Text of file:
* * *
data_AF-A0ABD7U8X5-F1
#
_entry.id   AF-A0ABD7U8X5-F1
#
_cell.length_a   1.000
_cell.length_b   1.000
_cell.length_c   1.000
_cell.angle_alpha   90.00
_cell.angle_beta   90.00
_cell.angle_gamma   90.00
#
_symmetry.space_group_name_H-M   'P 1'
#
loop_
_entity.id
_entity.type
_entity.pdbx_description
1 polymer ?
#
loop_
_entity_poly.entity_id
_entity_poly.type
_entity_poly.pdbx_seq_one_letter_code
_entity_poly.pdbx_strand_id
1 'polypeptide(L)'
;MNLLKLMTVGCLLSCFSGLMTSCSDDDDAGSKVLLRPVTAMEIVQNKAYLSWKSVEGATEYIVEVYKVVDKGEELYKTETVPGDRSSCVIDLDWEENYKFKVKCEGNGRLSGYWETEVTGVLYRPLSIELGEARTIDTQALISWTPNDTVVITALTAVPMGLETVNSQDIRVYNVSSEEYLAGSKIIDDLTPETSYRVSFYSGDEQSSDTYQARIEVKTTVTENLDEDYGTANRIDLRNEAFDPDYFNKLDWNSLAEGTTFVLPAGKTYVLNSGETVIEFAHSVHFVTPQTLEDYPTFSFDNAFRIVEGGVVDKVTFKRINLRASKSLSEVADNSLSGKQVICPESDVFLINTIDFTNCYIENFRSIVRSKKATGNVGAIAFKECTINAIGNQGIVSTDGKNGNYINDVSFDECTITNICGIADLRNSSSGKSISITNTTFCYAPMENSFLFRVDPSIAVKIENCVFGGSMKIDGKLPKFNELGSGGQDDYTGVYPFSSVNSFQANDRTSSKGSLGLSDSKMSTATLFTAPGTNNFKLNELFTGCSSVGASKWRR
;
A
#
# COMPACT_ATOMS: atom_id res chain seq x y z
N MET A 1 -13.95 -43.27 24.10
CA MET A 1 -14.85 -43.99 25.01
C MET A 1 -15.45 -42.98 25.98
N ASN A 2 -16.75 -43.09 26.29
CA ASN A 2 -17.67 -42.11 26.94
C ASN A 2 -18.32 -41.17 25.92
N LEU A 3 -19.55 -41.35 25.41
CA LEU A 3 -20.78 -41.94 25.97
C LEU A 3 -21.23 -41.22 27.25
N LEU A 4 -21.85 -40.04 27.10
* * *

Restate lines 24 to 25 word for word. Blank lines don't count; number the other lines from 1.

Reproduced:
_entity_poly.pdbx_strand_id
1 'polypeptide(L)'